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Carol Hogue

Carol J. Rowland was born on December 11, 1945, in Springfield, Missouri. In 1966 she earned a Bachelor of Arts in Sociology (minor Psychology) from William Jewell College summa cum laude and married L. Lynn Hogue. She was a social worker in Knoxville, Tennessee, and moved to North Carolina in 1969 where she earned an MPH and PhD in Epidemiology (minor Biostatistics) from the University of North Carolina at Chapel Hill in 1971 and 1973.

Between 1974 and 1977, Hogue served as Assistant Professor in the Department of Biostatistics at UNC. She then joined the University of Arkansas for Medical Sciences faculty, with joint appointments in the National Center for Toxicological Research and the State Health Department, serving as the only epidemiologist in the state at that time.  She moved to the Centers for Disease Control in 1982 as an EIS Officer, was promoted to Branch Chief in 1982 and to Division Director in the Reproductive Health Division in 1988. That year she and Lynn adopted Marianna Elizabeth Rowland Hogue (Outerbridge). A leader in the Epidemiology field, Hogue served as President of both the Society for Epidemiologic Research (1988) and the American College of Epidemiology (2003).

Hogue is most widely known for using surveillance systems, developing psychosocial measurement of racial disparities, and conducting groundbreaking epidemiologic studies of perinatal outcomes. At CDC, she developed national linkage of birth and infant death surveillance. Her analyses of this system revealed that high educational attainment was not protective against the racial gap in African American infant deaths and triggered further, ongoing research into discrimination as a risk factor for maternal and infant health. Hogue also led the development of CDC’s Pregnancy Risk Assessment Monitoring System (PRAMS) that provides unique data for research, governmental programming, and evaluation. Hogue’s study of the effects of induced abortion on subsequent fertility challenged accepted knowledge from case-control studies, and its methodology continues to be the gold standard to assess long-term health effects of abortion, as evidenced by the 2018 Consensus Report of the National Academies of Sciences, Engineering, and Medicine, “The Safety and Quality of Abortion Care in the United States.” She served as Lead Epidemiologist for the Stillbirth Collaborative Research Network’s population-based case-control study of stillbirth, with major findings on the scope and causes of this understudied outcome. In 1992 Hogue was appointed to the Jules and Uldeen Terry Chair of Maternal and Child Health at Emory University’s Rollins School of Public Health and established the Women’s and Children’s Center. The numerous faculty and graduate students affiliated with the Center have made significant contributions towards understanding preventable causes of racial disparities in women’s and infants’ health outcomes.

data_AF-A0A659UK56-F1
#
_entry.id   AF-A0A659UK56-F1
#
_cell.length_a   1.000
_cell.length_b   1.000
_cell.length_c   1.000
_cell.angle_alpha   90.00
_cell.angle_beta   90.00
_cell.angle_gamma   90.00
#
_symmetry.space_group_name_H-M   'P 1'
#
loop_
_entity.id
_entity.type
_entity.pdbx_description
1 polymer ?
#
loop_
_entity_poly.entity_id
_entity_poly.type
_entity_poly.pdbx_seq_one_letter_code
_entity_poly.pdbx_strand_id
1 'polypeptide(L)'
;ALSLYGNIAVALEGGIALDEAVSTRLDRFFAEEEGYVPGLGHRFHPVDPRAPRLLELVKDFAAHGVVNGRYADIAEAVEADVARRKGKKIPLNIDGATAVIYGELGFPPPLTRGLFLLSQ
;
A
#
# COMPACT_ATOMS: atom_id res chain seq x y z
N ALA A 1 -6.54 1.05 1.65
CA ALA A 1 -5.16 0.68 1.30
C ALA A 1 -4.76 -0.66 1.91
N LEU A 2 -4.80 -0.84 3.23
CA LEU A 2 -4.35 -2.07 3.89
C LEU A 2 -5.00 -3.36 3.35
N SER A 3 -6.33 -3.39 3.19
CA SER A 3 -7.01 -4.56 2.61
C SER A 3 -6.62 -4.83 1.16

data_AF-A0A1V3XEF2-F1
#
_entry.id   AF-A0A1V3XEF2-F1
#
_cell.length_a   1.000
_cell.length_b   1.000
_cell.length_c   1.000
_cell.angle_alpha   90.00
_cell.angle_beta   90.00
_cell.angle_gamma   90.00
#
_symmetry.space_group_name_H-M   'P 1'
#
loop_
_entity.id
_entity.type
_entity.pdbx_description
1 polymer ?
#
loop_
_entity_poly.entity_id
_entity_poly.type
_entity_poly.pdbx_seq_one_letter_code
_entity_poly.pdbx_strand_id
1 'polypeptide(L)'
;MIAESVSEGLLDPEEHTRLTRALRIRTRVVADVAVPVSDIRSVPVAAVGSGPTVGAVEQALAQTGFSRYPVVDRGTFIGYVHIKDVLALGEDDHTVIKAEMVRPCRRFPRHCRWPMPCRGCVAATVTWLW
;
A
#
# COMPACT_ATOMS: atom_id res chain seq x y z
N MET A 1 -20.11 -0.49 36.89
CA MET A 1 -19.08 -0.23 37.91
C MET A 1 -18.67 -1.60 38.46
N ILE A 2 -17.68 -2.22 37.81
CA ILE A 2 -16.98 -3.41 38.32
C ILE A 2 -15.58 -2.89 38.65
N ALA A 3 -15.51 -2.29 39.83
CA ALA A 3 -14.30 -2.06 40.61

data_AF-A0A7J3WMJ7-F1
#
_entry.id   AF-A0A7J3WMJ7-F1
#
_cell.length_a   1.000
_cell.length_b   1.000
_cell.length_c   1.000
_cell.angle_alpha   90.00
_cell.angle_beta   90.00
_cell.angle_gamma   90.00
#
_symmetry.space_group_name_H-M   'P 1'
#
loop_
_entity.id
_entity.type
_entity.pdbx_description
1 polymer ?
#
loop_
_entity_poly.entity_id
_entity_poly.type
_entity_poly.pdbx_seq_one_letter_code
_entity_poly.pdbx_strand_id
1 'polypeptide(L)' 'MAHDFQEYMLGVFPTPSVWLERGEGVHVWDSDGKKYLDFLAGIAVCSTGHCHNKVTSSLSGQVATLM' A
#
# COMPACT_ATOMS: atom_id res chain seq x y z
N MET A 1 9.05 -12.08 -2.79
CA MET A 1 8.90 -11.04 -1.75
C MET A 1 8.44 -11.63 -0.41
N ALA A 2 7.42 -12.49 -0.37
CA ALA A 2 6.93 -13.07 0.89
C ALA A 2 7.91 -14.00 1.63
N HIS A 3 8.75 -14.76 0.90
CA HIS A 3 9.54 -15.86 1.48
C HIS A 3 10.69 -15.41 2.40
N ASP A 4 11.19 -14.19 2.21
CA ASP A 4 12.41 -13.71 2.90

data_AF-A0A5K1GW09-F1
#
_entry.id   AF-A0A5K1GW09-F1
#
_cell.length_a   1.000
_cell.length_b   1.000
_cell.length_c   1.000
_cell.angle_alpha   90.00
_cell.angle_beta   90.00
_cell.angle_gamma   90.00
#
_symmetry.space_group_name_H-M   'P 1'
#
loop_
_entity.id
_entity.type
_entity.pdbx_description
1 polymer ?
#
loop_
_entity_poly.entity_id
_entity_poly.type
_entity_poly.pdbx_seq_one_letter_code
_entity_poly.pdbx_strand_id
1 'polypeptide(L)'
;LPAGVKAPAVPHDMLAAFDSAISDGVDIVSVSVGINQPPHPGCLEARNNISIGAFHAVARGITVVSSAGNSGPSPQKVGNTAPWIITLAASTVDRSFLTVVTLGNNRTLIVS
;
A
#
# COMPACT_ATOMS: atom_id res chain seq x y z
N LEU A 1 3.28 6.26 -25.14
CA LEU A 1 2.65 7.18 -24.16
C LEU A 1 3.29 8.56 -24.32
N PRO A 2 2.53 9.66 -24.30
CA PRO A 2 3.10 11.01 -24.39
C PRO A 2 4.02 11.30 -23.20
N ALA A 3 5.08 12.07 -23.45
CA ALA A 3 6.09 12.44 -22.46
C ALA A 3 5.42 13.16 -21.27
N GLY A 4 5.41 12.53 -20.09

In 1988 President Reagan asked Dr. C. Everett Koop to prepare a Surgeon General’s report on the effects of abortion on women’s health. Dr. Koop assigned the CDC Division of Reproductive health to assist in its production.  The draft report was published in the Congressional Record of March 17, 1989. Dr. Koop had refused to publish the completed report because he claimed that the evidence for or against psychological effects was not scientifically rigorous.  However, he agreed with the expert panel that Dr. Hogue’s evidence for no effect on future fertility had long been established.